On the other hand, the discrepancy between the economic performance of Israel and the grinding poverty of Gaza is also unsustainable. It cannot be acceptable for people living in Palestinian areas to have an income one tenth of that of people living in Israeli areas. We have to address those living standards, but we cannot do that without the international investment that will come only when the security situation is improved. It cannot be acceptable for the free movement of Palestinians to be constrained for ever.

The borders of Gaza have to open, but not for the smuggling of explosives and suicide bombers, as happened all of last year. Until that stops, no Israeli Government will allow free passage, and why should they? To the people of Palestine, we must send this message: there can be hope for the future, but it has to be in your hands. When Israel leaves Gaza, as it no doubt soon will, you have the opportunity to turn away from rockets,
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terror and death and towards development, education and prosperity. The history of the area is littered with missed opportunities. Please let this not be another one.

4.9 pm

Richard Burden (Birmingham, Northfield) (Lab): I listened carefully to the speech of the right hon. Member for North-East Hampshire (Mr. Arbuthnot). May I make a suggestion to him, in a spirit of understanding? Although I recognise the pictures of Sderot that he painted, because I have also been there, he may benefit from going to Gaza and speaking to Palestinians there to ascertain whether he has a legitimate and genuine understanding of their position.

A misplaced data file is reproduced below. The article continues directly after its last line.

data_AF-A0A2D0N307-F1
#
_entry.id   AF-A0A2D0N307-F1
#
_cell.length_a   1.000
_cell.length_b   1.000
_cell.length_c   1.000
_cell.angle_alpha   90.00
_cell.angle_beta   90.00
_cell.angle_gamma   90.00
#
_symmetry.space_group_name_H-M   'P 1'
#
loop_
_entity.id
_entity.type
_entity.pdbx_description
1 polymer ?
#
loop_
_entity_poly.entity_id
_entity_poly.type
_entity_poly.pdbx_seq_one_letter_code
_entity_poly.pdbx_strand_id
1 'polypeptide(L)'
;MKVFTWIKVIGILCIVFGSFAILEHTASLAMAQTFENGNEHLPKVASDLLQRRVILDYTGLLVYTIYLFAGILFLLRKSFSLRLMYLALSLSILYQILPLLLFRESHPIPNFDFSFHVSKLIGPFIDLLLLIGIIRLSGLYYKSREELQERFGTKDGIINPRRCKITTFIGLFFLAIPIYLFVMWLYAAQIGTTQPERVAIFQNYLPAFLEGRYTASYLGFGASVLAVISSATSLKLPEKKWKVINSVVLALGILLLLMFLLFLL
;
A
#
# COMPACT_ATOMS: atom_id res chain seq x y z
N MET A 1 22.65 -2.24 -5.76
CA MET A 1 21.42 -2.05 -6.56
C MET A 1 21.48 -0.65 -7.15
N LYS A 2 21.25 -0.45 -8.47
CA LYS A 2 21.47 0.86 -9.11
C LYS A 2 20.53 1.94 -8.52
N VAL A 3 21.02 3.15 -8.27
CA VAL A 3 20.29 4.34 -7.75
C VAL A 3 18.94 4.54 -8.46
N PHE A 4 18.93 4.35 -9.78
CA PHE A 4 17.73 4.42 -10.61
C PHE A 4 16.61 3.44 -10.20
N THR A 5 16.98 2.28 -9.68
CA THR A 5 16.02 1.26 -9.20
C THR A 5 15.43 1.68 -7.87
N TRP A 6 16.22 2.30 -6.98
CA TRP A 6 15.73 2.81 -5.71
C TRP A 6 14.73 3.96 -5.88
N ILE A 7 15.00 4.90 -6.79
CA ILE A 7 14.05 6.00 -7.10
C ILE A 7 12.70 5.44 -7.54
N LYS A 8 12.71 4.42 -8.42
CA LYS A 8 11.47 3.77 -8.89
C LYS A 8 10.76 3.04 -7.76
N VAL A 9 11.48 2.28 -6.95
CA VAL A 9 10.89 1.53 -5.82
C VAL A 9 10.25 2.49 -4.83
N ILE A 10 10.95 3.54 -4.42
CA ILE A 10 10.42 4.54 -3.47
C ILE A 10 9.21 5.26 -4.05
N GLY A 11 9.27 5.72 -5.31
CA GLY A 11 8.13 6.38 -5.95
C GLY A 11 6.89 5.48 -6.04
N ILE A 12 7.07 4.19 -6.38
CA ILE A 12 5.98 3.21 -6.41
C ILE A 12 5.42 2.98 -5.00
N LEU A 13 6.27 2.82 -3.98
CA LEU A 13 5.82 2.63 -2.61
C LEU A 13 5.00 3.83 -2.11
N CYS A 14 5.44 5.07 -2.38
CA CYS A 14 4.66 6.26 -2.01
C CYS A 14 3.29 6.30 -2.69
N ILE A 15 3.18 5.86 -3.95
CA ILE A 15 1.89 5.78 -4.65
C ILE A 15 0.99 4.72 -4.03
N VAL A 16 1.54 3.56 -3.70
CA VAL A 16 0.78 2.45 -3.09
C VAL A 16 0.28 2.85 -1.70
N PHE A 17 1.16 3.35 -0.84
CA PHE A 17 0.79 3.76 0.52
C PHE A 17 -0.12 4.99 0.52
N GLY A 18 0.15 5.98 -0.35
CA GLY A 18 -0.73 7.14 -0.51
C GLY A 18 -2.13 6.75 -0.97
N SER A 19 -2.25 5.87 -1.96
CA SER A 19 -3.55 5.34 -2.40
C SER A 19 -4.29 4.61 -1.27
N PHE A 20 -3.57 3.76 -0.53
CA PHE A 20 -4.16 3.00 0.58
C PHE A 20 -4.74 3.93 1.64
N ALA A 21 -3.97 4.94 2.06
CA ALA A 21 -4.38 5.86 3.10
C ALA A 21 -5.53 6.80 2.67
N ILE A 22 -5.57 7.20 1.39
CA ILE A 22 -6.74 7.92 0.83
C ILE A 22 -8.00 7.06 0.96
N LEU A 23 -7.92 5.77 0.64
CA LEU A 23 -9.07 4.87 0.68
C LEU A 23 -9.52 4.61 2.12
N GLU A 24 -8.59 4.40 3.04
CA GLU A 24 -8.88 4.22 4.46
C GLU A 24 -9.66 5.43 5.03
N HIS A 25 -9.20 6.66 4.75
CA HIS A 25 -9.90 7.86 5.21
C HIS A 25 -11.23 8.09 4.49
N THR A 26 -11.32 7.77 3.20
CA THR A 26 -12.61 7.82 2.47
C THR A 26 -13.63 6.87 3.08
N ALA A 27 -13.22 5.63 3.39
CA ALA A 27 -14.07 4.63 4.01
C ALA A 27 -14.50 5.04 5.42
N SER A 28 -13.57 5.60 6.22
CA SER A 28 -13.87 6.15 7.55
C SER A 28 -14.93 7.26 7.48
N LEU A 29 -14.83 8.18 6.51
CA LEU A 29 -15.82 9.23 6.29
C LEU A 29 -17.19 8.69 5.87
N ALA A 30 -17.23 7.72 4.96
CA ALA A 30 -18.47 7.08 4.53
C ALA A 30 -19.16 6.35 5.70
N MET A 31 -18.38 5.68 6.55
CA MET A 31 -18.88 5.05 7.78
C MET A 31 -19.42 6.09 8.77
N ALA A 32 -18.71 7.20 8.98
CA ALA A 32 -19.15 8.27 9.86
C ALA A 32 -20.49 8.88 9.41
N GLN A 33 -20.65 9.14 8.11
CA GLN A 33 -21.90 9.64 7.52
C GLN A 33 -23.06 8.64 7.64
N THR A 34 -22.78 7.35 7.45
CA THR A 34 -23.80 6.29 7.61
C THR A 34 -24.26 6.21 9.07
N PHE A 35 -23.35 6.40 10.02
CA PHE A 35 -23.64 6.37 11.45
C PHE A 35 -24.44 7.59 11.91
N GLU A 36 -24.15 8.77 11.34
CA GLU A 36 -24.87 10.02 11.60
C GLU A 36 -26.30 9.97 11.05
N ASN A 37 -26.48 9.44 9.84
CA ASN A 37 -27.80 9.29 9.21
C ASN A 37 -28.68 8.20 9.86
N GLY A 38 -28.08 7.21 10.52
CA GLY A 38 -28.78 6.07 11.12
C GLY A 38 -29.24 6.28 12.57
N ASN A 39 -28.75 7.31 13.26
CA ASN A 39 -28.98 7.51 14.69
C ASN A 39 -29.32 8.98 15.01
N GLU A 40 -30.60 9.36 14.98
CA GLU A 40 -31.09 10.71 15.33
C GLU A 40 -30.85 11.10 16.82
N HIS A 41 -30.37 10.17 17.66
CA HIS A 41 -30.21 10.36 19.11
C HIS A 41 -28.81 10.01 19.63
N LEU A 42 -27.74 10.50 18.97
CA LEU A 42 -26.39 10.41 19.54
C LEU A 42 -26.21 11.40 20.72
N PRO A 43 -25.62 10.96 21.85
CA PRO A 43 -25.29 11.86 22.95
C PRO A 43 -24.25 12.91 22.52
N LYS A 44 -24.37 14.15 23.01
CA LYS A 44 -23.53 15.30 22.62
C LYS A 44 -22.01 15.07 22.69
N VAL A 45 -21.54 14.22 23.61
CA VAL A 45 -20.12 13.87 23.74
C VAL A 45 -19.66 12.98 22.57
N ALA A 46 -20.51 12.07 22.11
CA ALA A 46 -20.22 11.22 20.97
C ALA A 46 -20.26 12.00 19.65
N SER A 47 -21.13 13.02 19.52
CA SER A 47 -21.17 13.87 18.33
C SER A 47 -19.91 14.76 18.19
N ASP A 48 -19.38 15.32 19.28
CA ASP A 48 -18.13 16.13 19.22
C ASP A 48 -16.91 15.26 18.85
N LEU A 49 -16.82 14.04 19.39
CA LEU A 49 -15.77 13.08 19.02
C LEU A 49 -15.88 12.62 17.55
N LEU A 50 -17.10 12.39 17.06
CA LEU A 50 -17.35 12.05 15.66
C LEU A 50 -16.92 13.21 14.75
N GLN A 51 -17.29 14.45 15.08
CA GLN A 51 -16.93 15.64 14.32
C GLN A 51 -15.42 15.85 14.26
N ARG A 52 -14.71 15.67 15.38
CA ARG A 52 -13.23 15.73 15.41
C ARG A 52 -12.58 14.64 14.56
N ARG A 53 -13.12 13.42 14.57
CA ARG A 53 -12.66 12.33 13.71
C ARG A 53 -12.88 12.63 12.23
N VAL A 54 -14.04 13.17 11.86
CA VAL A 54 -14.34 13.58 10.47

To avoid doubt—because of time I cannot take interventions—let me preface my remarks with several matters that I want to put on the record. First, all states, including Israel, have the right to self-defence and a duty to defend their citizens from attack. Secondly, the Palestinians also have the right to defend themselves from attack and, under international law, the right to resist occupation. Thirdly, civilians should not be targeted or have their presence wilfully or recklessly disregarded in conflict. I therefore do not believe that firing Qassam rockets from Gaza at or near predominantly civilian areas in Israel falls within the definition of acceptable resistance.

However, the fact that those rockets are fired provides no justification for the massive attacks by air, land and sea that have already killed more than 1,000 people, 322 of them children. When medical staff, aid convoys, United Nations schools and installations have been hit, even when the high-tech Israeli army has the GPS co-ordinates for those installations, it suggests that Israel is acting in contravention of the provisions of the Geneva convention on the protection of civilians in time of war, and that the term “war crime” should be used.

I have no doubt that my right hon. Friend the Foreign Secretary is making major efforts to secure a ceasefire on both sides and to get the blockade lifted, so that the 1.5 million people in Gaza will not be forced in future to live in an impoverished prison 25 miles long and between three and seven miles wide. However, people in the UK and those whom I met in the middle east last week are not asking when the international community will express disapproval of what is happening in Gaza, but when we will put a stop to it. We need to do more to show that we are serious.